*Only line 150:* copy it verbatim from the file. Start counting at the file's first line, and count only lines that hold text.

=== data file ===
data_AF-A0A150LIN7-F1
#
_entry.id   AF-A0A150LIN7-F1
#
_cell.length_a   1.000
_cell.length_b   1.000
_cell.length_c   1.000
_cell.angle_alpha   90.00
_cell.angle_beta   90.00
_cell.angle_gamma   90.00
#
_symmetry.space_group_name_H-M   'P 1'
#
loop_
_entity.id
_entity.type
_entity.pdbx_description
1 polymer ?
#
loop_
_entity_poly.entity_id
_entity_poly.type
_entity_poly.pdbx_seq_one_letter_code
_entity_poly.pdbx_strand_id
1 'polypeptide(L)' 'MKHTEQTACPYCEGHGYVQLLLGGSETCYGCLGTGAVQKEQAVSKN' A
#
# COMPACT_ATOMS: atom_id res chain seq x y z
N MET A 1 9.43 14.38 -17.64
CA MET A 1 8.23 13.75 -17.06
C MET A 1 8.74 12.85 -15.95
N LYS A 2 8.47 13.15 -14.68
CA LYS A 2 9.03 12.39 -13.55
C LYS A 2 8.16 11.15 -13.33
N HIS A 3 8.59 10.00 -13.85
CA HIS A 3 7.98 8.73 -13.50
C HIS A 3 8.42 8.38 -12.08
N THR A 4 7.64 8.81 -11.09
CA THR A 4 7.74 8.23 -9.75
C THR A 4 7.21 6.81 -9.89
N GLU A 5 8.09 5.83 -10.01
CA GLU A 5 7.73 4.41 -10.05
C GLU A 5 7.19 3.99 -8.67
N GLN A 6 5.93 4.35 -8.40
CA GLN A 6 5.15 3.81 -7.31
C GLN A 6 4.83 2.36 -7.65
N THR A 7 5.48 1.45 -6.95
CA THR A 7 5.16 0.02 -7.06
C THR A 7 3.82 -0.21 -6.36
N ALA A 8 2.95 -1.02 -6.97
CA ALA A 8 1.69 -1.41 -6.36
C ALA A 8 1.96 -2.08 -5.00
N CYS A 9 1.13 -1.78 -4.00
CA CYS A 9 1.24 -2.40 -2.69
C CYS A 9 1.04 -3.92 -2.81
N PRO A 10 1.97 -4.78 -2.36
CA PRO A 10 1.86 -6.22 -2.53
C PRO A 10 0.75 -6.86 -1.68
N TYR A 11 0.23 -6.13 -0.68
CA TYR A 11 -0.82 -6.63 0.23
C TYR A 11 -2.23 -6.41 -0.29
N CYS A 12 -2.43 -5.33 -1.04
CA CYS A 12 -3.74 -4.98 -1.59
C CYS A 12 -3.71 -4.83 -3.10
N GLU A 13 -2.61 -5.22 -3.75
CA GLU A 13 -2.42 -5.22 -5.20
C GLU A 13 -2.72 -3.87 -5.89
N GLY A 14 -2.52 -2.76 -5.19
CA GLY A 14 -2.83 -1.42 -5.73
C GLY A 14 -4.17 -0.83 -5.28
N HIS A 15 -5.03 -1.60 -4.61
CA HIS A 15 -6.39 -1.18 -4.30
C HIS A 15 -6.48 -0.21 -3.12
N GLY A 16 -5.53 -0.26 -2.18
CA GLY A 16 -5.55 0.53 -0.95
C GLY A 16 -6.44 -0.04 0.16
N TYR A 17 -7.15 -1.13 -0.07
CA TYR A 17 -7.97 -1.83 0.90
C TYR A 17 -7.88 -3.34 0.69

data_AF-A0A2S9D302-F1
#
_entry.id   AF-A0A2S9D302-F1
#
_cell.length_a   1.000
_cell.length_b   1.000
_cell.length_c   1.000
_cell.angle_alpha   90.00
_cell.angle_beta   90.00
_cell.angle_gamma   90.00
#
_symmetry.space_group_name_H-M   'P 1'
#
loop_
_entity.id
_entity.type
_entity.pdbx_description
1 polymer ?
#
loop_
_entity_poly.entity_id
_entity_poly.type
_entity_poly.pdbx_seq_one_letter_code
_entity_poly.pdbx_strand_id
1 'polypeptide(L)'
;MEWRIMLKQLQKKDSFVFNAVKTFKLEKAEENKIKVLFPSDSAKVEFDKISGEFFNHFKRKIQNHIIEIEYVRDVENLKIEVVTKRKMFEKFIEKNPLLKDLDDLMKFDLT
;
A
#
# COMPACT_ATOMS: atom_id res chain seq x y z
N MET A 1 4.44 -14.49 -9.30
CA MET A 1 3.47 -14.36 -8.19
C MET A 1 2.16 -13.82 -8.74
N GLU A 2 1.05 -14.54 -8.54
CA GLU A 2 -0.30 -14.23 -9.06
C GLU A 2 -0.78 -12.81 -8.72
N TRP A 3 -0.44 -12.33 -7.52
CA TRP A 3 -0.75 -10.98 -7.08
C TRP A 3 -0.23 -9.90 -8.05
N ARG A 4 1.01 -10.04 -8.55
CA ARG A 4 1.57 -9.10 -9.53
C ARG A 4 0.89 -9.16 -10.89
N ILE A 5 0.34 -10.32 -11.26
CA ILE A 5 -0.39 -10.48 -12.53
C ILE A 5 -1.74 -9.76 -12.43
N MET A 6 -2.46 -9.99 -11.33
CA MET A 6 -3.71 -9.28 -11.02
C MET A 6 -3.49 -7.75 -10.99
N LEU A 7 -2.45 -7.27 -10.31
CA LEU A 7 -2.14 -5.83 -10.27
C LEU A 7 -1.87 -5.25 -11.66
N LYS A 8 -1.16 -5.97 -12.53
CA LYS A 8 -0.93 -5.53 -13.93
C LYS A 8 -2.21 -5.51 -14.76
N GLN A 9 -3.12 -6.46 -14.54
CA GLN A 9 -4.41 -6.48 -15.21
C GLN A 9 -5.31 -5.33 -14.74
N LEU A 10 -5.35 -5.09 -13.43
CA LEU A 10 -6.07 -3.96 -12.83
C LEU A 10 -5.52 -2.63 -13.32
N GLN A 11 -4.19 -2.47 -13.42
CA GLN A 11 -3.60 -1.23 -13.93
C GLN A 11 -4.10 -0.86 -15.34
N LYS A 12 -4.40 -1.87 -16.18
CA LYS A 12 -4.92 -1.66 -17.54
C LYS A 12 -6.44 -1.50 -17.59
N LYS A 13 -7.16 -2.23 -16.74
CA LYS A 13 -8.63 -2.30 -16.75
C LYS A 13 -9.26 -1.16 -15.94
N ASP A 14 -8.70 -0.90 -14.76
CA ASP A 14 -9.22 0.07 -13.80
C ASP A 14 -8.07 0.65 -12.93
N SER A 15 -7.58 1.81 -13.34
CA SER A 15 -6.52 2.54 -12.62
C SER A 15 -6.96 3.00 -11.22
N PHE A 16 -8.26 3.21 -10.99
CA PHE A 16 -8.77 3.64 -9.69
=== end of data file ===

C ASP A 14 -8.07 0.65 -12.93